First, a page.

Q&A: Will new energy efficiency regulations end up costing me more?

From November, new houses will have to comply to a near-zero energy efficiency

According to the department’s estimate, the A2 rating  will add 1.9 per cent to the overall cost compared to A3. Photograph: Rui Vieira/PA Wire

According to the department’s estimate, the A2 rating will add 1.9 per cent to the overall cost compared to A3. Photograph: Rui Vieira/PA Wire

 

What are the main changes?

New regulations being introduced in November will require new houses to comply to a near-zero energy efficiency of A2. Until now, new homes only had to reach A3 standard, the third-highest ranking under the Building Energy Rating (BER) scheme.

If major renovation work, or extensions, are carried out on an existing house – where such works take up more than 25 per cent of its footprint – there will be a new requirement that the overall energy rating for the house is increased to a B2 standard, the fifth-highest rating. The majority of the Irish housing stock has a rating of C2 or worse.

What’s the difference between A2 and A3?

A2 is close to passive house standard in terms in energy efficiency. In technical terms, it uses 25 kilowatt hours (kWh) per sq m each year, compared to 50 kWh for A3.

To achieve that a house requires higher levels of airtightness, 10 per cent more solar panels, LED lighting everywhere, and smart systems that restrict the amount of hot water being used for things like showers. Labelled nearly zero energy buildings (NZEB), they use a quarter of the 100 kWH of a B2 building. An A2 house is 70 per cent more energy efficient than a house built in 2005.

The Department of Housing also says that the cost of heating an A2 house is €400 per annum, about a quarter the cost of heating a conventional three-bed semi-detached house.

How much extra will it cost?

The new A2 rating will apply to all new builds from November. According to the department’s estimate, it will add 1.9 per cent to the overall cost compared to A3. That would increase the bill of a €400,000 house by almost €8,000.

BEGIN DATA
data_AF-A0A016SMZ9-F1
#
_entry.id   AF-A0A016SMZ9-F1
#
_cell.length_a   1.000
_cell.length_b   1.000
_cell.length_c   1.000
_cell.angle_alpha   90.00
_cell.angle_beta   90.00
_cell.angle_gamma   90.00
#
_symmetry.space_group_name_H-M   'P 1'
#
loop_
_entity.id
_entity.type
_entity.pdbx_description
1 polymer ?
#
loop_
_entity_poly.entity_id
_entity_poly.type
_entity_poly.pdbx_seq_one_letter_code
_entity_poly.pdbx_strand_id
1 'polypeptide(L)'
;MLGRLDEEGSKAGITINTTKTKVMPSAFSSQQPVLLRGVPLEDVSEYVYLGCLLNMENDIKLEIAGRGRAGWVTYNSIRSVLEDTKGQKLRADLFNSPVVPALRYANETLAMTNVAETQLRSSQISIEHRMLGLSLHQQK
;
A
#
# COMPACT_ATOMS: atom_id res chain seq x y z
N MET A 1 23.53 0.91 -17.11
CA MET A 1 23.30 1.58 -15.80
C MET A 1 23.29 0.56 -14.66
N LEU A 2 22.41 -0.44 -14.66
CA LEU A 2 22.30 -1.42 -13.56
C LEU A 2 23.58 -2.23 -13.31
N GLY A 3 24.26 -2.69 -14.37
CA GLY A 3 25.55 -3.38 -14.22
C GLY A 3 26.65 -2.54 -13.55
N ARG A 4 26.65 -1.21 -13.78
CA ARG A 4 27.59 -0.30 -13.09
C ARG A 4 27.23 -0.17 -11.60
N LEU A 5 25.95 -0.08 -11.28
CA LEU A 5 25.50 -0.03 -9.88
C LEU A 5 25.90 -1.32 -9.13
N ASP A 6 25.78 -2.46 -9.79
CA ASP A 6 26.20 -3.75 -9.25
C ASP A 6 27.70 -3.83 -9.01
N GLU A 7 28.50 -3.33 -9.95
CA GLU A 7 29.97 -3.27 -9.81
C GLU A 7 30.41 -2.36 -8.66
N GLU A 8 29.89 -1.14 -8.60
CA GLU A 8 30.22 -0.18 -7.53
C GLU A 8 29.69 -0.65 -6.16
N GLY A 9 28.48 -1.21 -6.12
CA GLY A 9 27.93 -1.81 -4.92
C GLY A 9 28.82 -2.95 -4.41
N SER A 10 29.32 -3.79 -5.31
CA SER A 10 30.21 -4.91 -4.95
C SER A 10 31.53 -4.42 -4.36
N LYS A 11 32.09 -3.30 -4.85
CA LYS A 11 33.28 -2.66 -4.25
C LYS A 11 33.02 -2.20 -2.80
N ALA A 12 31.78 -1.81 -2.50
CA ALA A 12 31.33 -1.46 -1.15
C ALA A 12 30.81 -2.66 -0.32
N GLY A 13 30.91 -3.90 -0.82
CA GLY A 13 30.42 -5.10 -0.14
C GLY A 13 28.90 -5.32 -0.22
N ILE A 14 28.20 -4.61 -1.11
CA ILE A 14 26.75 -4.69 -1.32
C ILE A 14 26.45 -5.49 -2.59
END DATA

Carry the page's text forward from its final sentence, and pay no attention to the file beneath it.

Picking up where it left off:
How will it be enforced?

New developments are subject to an independent certification process which ensures the buildings are in compliance with the regulations.

However, families building one-off houses have an opt-out option from building control regulations and do not need to go through the compliance process. The Society of Chartered Surveyors Ireland (SCSI) has raised concerns about this, saying that 20 per cent (or 4,000) of new homes built will be one-off houses that have opted out.

The society has argued the lack of certification for these houses gives no comfort that they are meeting the required standards, and some might need remedial work in the future.

The department argues there are other checks, and says financial institutions which give mortgage loans insist on a high level of certification to ensure compliance.

The Minister of State for the department, Damien English, has said he is in favour of the “opt-out” option being reviewed.

So will my extension be affected?

If a person is building a small extension of, say, 40sq m, there will be no requirement to meet the new regulations. They only apply if the extension or renovation works comprises 25 per cent of the space or footprint of the dwelling.

That would mean an extension where two walls, for example the gable and side wall, are being demolished. In most cases, work on energy improvement would be done in any instance, such as the replacement of old, inefficient boilers or storage electric heaters, better ceiling and roof insulation, or new windows. It would certainly cost a greater percentage than for a new build.

What does a B2 rating entail?

Domestic energy ratings range from BER A1 (which is a passive house) to G, which would typically be an old house, with faulty windows, no insulation and an antiquated heating system.

The Government’s climate action plan has pledged that 500,000 houses will have a B2 rating or better by 2030. That will involve upgrading heating systems, retrofitting insulation, replacing windows and doors, and using LED technology.

Are there grants available?

Yes, there are, through the Sustainable Energy Authority of Ireland (SEAI). They include grants for insulation improvements to the ceiling, roof and wall (both internal and external). There are also grants for upgrading boilers to modern energy-efficient ones. The maximum grant available is circa €5,500.

A pilot SEAI project covering the cost of deep retrofit work on people’s homes was wound down last month on cost grounds. A deep retrofit of an existing home – typically involving replacement of oil and gas boilers, window replacement and new exterior wall insulation – can cost €20,000 to €25,000 or more.

Do the new regulations represent joined-up thinking?

The more stringent regulations for new builds make sense as, for a 1.9 per cent increase in cost, substantial savings will be made in terms of energy costs. It will also help to lower emissions in the building sector, which uses 40 per cent of all energy.

The new rules for extensions will affect only a minority of homes, and will probably result in savings, but over a much longer timespan. It will involve a lot of upfront cost. However, that is going to become an inevitable reality for most home owners over the next decade as they try to make their homes energy efficient.

The Government is trying to come up with smart solutions to help homeowners pay for retrofitting work.

The fact that those building once-off housing can avail of an “opt-out” from building regulations is an anomaly. A recent report on faults over blocks and construction for houses in counties Donegal and Mayo recommended that the opt-out be scrapped.